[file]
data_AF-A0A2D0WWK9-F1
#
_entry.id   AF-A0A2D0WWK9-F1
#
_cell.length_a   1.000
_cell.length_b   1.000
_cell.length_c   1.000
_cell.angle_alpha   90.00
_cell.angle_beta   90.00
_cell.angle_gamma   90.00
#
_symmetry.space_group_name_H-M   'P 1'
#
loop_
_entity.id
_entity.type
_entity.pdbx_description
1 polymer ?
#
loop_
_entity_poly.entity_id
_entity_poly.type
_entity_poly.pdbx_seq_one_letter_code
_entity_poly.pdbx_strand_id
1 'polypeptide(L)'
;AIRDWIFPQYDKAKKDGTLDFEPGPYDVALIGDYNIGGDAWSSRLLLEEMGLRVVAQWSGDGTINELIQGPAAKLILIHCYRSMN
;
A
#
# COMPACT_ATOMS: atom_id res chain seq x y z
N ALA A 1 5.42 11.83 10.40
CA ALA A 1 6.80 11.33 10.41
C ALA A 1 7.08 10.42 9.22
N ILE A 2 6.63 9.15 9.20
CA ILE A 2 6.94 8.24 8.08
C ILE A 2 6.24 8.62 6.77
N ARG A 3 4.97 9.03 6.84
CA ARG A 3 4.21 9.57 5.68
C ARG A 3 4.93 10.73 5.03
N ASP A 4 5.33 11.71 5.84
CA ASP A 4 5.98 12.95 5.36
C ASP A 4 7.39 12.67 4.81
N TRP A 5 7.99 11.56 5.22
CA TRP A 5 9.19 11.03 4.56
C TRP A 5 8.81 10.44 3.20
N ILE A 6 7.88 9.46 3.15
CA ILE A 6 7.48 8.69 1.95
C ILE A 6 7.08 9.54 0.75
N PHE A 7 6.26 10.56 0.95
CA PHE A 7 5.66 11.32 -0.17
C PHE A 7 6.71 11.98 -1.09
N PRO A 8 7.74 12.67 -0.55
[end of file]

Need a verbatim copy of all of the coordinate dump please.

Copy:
data_AF-A0A2D0WWK9-F1
#
_entry.id   AF-A0A2D0WWK9-F1
#
_cell.length_a   1.000
_cell.length_b   1.000
_cell.length_c   1.000
_cell.angle_alpha   90.00
_cell.angle_beta   90.00
_cell.angle_gamma   90.00
#
_symmetry.space_group_name_H-M   'P 1'
#
loop_
_entity.id
_entity.type
_entity.pdbx_description
1 polymer ?
#
loop_
_entity_poly.entity_id
_entity_poly.type
_entity_poly.pdbx_seq_one_letter_code
_entity_poly.pdbx_strand_id
1 'polypeptide(L)'
;AIRDWIFPQYDKAKKDGTLDFEPGPYDVALIGDYNIGGDAWSSRLLLEEMGLRVVAQWSGDGTINELIQGPAAKLILIHCYRSMN
;
A
#
# COMPACT_ATOMS: atom_id res chain seq x y z
N ALA A 1 5.42 11.83 10.40
CA ALA A 1 6.80 11.33 10.41
C ALA A 1 7.08 10.42 9.22
N ILE A 2 6.63 9.15 9.20
CA ILE A 2 6.94 8.24 8.08
C ILE A 2 6.24 8.62 6.77
N ARG A 3 4.97 9.03 6.84
CA ARG A 3 4.21 9.57 5.68
C ARG A 3 4.93 10.73 5.03
N ASP A 4 5.33 11.71 5.84
CA ASP A 4 5.98 12.95 5.36
C ASP A 4 7.39 12.67 4.81
N TRP A 5 7.99 11.56 5.22
CA TRP A 5 9.19 11.03 4.56
C TRP A 5 8.81 10.44 3.20
N ILE A 6 7.88 9.46 3.15
CA ILE A 6 7.48 8.69 1.95
C ILE A 6 7.08 9.54 0.75
N PHE A 7 6.26 10.56 0.95
CA PHE A 7 5.66 11.32 -0.17
C PHE A 7 6.71 11.98 -1.09
N PRO A 8 7.74 12.67 -0.55